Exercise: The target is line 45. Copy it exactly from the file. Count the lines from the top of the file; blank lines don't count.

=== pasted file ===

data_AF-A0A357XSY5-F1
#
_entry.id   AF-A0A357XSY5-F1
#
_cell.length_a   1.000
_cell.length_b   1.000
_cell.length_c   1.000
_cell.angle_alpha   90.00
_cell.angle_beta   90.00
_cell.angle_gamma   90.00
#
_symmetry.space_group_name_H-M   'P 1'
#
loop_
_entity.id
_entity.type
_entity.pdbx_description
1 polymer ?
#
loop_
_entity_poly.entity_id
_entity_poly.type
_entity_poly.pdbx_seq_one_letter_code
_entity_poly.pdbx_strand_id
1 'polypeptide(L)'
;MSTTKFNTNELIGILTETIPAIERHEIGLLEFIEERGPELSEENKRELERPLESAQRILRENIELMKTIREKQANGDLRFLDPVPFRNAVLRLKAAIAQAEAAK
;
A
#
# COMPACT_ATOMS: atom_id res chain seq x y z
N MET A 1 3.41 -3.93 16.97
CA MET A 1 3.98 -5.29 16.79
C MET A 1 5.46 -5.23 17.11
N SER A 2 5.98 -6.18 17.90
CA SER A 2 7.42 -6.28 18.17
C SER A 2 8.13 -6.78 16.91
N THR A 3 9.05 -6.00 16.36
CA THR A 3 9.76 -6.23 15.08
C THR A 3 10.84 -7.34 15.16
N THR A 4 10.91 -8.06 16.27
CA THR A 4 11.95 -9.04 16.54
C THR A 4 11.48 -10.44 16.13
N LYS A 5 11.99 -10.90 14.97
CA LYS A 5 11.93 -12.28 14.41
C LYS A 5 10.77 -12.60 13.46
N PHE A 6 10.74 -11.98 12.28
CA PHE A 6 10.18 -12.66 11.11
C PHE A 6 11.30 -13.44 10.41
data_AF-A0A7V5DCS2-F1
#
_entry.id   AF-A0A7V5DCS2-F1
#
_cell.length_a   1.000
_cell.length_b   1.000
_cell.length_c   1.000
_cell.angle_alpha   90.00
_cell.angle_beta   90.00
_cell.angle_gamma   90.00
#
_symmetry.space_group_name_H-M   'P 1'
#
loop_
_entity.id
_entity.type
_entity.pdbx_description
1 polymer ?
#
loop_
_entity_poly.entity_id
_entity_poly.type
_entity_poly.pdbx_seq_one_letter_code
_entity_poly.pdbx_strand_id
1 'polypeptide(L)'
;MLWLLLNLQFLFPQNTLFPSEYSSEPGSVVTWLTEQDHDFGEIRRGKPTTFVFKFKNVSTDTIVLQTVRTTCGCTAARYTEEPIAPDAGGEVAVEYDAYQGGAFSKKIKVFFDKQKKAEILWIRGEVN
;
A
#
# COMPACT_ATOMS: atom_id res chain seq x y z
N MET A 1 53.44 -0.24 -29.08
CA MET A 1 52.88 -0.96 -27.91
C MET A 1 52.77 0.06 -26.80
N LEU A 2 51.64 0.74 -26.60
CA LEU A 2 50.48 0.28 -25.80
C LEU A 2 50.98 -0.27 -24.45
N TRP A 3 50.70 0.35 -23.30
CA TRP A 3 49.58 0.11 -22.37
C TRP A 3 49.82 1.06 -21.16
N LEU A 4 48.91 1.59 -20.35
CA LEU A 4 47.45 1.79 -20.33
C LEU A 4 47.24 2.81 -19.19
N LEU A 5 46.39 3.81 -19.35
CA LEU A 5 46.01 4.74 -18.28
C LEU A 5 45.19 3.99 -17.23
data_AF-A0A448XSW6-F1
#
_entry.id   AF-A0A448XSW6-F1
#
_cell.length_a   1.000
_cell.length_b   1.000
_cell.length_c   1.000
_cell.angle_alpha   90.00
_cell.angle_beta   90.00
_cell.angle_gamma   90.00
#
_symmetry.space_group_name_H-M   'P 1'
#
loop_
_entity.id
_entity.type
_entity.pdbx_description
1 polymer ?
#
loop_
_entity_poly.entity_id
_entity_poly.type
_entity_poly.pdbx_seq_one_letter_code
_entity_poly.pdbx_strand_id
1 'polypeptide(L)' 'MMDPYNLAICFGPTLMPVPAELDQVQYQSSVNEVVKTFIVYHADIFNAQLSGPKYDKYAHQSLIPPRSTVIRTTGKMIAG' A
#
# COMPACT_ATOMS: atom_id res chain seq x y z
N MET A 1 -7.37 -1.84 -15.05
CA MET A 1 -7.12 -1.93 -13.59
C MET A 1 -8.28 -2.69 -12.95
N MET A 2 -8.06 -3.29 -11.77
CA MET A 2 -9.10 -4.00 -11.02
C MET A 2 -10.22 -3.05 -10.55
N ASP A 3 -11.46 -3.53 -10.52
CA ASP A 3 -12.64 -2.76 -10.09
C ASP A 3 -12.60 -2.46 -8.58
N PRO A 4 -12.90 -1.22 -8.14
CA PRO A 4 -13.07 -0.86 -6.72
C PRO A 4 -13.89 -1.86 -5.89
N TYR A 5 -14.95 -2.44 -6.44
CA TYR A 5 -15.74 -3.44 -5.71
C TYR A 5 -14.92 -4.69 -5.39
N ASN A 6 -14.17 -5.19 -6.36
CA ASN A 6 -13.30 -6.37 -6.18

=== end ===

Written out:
C LYS A 5 10.77 -12.60 13.46